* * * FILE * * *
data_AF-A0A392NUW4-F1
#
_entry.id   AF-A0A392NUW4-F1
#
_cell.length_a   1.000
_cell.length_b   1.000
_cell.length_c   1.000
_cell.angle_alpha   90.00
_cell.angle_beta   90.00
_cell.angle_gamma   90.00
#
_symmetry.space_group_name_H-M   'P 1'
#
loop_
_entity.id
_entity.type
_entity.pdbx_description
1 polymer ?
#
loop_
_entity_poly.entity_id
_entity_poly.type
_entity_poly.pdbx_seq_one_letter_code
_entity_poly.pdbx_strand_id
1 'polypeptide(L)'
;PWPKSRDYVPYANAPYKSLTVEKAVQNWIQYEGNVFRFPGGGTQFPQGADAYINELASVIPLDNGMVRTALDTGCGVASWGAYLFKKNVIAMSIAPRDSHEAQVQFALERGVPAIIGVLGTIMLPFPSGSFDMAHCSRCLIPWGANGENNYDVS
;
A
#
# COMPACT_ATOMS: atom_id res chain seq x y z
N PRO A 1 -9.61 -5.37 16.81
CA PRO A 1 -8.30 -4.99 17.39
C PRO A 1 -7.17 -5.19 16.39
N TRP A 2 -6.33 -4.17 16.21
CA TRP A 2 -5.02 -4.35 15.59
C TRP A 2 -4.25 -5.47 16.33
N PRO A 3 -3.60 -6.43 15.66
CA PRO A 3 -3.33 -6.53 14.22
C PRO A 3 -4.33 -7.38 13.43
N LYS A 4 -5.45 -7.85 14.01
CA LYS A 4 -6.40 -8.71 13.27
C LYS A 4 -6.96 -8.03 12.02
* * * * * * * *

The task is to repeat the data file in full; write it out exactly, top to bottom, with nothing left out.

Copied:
data_AF-A0A392NUW4-F1
#
_entry.id   AF-A0A392NUW4-F1
#
_cell.length_a   1.000
_cell.length_b   1.000
_cell.length_c   1.000
_cell.angle_alpha   90.00
_cell.angle_beta   90.00
_cell.angle_gamma   90.00
#
_symmetry.space_group_name_H-M   'P 1'
#
loop_
_entity.id
_entity.type
_entity.pdbx_description
1 polymer ?
#
loop_
_entity_poly.entity_id
_entity_poly.type
_entity_poly.pdbx_seq_one_letter_code
_entity_poly.pdbx_strand_id
1 'polypeptide(L)'
;PWPKSRDYVPYANAPYKSLTVEKAVQNWIQYEGNVFRFPGGGTQFPQGADAYINELASVIPLDNGMVRTALDTGCGVASWGAYLFKKNVIAMSIAPRDSHEAQVQFALERGVPAIIGVLGTIMLPFPSGSFDMAHCSRCLIPWGANGENNYDVS
;
A
#
# COMPACT_ATOMS: atom_id res chain seq x y z
N PRO A 1 -9.61 -5.37 16.81
CA PRO A 1 -8.30 -4.99 17.39
C PRO A 1 -7.17 -5.19 16.39
N TRP A 2 -6.33 -4.17 16.21
CA TRP A 2 -5.02 -4.35 15.59
C TRP A 2 -4.25 -5.47 16.33
N PRO A 3 -3.60 -6.43 15.66
CA PRO A 3 -3.33 -6.53 14.22
C PRO A 3 -4.33 -7.38 13.43
N LYS A 4 -5.45 -7.85 14.01
CA LYS A 4 -6.40 -8.71 13.27
C LYS A 4 -6.96 -8.03 12.02